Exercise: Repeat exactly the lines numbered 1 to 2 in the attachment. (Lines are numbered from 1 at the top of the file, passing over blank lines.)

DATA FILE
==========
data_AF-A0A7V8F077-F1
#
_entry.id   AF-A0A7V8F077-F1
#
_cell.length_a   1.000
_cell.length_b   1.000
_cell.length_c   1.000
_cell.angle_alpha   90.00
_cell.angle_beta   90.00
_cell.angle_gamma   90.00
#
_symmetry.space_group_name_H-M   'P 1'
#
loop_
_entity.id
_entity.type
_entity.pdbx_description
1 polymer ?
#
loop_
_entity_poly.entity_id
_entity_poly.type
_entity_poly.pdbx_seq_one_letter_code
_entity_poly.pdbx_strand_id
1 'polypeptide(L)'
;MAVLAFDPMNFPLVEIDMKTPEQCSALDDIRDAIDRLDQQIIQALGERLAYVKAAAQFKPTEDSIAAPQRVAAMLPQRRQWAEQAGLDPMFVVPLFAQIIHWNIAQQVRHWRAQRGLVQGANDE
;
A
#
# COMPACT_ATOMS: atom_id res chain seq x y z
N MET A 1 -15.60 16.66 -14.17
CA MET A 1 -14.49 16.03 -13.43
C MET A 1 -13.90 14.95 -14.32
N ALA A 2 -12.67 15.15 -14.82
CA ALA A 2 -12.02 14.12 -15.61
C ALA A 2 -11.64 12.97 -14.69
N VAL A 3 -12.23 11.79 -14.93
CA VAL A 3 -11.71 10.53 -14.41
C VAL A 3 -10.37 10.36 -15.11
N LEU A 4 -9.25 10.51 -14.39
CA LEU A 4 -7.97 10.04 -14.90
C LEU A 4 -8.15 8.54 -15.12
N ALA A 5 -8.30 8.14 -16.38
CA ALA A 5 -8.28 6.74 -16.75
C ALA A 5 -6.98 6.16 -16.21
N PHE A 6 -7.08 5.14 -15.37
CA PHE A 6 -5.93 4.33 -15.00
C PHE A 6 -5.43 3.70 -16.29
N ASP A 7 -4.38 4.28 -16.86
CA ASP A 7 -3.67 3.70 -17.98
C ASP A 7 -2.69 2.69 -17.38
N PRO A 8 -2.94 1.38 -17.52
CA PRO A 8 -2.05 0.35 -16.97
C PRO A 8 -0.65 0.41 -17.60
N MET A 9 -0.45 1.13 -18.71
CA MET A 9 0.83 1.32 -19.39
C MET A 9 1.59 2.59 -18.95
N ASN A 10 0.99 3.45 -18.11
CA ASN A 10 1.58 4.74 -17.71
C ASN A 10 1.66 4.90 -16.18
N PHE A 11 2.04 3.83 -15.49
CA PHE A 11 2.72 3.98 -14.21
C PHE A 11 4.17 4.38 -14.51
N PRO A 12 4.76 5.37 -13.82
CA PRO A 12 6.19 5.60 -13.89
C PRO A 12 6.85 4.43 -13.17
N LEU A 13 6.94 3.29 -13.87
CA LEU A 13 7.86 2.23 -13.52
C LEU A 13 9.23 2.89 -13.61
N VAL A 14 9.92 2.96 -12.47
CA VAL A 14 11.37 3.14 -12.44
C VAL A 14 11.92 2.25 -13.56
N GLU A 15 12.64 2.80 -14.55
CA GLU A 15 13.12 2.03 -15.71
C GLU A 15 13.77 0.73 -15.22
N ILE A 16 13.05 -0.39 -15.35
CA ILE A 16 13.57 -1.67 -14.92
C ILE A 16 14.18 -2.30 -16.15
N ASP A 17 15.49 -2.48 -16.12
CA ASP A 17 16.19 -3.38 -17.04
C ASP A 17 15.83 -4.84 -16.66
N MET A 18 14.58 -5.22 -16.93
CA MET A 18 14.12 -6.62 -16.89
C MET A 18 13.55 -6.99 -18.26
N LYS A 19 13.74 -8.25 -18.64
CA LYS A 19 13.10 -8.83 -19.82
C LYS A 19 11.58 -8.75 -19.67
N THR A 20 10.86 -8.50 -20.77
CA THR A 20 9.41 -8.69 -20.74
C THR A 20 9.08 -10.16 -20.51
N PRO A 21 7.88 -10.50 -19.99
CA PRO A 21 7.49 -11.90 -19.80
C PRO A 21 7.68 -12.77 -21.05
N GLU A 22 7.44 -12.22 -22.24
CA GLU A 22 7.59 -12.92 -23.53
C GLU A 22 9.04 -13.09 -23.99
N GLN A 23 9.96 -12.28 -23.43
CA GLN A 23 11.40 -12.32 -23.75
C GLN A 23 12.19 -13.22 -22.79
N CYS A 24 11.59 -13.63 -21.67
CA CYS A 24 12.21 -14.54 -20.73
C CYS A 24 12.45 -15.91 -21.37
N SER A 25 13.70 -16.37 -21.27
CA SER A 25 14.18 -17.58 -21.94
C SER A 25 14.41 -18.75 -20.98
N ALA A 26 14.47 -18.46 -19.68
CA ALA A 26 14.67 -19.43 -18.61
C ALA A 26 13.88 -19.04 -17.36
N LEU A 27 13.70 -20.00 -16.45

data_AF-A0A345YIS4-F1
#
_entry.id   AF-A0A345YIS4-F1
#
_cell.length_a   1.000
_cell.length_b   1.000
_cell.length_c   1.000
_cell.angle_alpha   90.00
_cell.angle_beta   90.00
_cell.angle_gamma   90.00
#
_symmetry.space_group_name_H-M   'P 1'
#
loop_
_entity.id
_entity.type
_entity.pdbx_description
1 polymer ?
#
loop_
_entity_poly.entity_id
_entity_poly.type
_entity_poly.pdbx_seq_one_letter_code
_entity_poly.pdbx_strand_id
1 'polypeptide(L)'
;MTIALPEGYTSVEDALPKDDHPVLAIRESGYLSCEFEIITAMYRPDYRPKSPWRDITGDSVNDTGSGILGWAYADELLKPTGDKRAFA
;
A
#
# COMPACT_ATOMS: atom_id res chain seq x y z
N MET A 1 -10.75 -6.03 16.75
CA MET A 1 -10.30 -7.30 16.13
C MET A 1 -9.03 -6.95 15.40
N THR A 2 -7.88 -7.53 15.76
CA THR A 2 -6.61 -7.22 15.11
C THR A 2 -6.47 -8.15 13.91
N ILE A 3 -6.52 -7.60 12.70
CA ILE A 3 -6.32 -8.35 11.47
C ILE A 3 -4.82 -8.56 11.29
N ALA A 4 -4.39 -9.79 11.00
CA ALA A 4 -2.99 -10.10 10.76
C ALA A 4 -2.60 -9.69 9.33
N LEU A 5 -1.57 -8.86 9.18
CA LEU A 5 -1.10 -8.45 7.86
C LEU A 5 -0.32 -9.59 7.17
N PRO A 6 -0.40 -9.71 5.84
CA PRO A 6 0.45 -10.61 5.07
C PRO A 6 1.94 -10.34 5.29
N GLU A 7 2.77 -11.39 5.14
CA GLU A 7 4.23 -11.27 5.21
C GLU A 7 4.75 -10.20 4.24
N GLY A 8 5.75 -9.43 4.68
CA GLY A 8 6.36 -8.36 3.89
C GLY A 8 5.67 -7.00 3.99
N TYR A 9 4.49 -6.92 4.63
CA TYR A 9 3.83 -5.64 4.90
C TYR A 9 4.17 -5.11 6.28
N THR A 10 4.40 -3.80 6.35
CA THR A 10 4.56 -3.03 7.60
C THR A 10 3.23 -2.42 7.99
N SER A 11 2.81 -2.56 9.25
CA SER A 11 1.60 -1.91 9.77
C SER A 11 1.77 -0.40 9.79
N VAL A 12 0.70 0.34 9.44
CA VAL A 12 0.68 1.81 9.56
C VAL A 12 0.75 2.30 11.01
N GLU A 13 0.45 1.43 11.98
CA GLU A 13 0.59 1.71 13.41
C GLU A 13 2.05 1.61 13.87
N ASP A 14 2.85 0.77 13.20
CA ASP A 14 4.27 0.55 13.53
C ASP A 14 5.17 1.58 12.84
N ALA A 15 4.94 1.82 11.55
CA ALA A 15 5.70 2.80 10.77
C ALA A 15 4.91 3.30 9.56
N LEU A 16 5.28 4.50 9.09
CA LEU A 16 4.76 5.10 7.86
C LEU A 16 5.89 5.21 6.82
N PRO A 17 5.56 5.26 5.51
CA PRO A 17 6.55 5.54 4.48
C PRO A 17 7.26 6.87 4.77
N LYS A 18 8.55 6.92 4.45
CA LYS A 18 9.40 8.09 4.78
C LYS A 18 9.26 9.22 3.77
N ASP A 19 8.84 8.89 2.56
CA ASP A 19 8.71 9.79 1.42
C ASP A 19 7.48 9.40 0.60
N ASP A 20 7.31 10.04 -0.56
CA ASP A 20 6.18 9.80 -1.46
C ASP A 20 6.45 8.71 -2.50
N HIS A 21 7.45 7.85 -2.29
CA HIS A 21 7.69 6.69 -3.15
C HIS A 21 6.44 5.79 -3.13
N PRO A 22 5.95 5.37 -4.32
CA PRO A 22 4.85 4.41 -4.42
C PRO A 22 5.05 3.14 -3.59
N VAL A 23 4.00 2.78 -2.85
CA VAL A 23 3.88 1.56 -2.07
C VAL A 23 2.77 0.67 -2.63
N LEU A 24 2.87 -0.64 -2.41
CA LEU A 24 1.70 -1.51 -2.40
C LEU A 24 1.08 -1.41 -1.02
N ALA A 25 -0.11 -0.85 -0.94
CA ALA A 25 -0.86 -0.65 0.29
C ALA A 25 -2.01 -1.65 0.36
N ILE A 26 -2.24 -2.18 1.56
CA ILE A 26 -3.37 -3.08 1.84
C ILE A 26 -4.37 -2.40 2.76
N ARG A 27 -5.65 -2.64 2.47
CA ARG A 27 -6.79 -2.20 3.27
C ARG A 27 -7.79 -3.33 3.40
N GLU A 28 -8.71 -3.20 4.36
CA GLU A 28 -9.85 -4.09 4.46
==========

data_AF-A0A7V8F077-F1
#